Tuesday, September 17, 2013

Recording A Great Album: The Golden Rules 7-13 of 37

Preparing to Record

7. Be early! At some studios, the clock starts running whether you're their or not. Find out about their cancellation policy.

8. Make the studio a comfortable relaxed place. If it's not, it will show in your finished product. Most studios will have your basic essentials, but if you need something special or special accommodation, it's up to you to make those arrangements.

9. Make sure you and your engineer have the same vision - go over your songs with him/her before recording. Before booking your studio time, ask to hear other material the engineer recorded. If artist/band and engineer are on different pages, it can be costly for who ever is paying for the studio.

10. Depending on whether the/you studio has 8, 16, 24, or 48 track capability, plan out how you will leave room for all of the essential parts. This should simplify the mix and eliminate the need for bouncing tracks later.

11. Use new strings, chords, drums sticks and heads - and bring spares.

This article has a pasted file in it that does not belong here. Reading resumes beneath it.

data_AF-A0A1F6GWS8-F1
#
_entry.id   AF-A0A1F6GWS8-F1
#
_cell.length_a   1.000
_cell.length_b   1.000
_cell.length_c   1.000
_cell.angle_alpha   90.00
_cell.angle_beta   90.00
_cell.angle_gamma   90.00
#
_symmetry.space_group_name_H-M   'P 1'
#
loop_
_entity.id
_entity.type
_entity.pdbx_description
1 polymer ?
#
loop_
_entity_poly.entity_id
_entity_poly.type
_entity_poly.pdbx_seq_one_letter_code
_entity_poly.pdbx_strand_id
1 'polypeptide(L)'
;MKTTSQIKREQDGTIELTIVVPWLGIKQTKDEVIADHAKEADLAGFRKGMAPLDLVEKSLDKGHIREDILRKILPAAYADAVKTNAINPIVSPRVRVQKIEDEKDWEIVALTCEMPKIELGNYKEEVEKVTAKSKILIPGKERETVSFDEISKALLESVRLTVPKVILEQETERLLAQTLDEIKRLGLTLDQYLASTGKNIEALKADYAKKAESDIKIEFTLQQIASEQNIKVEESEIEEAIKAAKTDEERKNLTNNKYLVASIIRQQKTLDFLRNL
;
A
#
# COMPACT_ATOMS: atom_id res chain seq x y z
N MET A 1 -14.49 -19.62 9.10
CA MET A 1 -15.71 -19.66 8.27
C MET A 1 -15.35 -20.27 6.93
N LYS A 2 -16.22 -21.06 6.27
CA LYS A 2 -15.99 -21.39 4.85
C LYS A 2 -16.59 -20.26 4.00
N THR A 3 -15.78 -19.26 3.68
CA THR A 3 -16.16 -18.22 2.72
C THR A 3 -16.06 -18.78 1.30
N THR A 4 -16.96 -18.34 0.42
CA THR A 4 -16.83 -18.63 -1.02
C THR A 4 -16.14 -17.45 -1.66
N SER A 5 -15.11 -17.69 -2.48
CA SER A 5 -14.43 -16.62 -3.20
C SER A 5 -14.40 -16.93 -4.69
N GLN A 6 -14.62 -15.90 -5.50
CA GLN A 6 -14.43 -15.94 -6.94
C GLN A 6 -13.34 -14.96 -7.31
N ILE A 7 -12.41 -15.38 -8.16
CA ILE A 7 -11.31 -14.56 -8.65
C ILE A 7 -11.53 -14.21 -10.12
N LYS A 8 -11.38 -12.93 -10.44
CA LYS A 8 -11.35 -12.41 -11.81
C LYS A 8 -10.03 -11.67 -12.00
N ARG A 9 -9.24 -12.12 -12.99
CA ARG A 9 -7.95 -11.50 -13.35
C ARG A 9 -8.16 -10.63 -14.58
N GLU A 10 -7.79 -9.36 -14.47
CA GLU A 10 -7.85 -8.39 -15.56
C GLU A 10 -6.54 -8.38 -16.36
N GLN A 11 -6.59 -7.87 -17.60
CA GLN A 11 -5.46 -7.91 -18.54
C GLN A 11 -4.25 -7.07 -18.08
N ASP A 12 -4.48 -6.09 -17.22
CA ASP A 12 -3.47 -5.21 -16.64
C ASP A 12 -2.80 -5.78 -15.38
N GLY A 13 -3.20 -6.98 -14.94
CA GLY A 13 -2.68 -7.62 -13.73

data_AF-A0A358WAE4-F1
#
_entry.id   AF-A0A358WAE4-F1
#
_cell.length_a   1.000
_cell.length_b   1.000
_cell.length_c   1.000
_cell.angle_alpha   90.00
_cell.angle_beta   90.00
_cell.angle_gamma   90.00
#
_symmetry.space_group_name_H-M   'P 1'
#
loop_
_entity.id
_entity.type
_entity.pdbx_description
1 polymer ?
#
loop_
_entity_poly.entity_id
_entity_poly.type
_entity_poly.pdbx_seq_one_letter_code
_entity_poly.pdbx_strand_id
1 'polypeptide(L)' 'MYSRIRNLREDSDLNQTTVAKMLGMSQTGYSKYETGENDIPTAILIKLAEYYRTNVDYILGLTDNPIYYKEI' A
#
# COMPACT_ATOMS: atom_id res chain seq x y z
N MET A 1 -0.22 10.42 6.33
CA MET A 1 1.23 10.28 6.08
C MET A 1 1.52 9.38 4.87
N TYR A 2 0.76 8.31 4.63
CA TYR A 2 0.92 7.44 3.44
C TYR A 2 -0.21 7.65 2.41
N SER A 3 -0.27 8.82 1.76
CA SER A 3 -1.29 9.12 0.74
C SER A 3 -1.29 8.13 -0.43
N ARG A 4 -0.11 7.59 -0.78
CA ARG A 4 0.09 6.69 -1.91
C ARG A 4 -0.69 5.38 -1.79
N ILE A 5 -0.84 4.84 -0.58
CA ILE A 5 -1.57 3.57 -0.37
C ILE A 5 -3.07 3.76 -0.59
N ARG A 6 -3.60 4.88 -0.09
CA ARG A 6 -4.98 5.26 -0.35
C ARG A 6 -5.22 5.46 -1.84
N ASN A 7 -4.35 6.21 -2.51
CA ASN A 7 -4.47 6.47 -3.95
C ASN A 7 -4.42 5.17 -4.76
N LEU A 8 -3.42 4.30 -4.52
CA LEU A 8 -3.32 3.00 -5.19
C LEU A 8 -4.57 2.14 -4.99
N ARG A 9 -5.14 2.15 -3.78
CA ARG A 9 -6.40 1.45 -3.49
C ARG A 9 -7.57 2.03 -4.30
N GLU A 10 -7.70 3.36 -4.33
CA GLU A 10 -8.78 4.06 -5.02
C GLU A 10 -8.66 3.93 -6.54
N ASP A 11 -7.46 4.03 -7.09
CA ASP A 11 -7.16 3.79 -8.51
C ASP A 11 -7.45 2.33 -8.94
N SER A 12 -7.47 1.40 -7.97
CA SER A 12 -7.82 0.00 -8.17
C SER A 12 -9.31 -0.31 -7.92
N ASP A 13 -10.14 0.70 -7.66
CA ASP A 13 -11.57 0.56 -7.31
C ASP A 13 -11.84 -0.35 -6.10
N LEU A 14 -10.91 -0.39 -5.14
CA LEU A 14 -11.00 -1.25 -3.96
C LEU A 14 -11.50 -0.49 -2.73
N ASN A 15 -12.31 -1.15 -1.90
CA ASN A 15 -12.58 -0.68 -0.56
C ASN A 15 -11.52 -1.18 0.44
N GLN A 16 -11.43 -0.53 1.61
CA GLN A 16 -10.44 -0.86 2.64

12. Find out the hours of the local music store just in case. Most studios might be able to hook you up with some spare equipment, but you will want to use your style and brand for the perfect outcome.

13. Don't use new gear or different equipment that you haven't used before, "even if it's better than what you have." Surprises can cause problems and just because it's better does not me it will make you play better.

Rule of thumb - if you wait till the studio clock is running to tie up loose-ends it's like throwing money in the garbage. And one more misconception: hangovers and efficiency do not mix.

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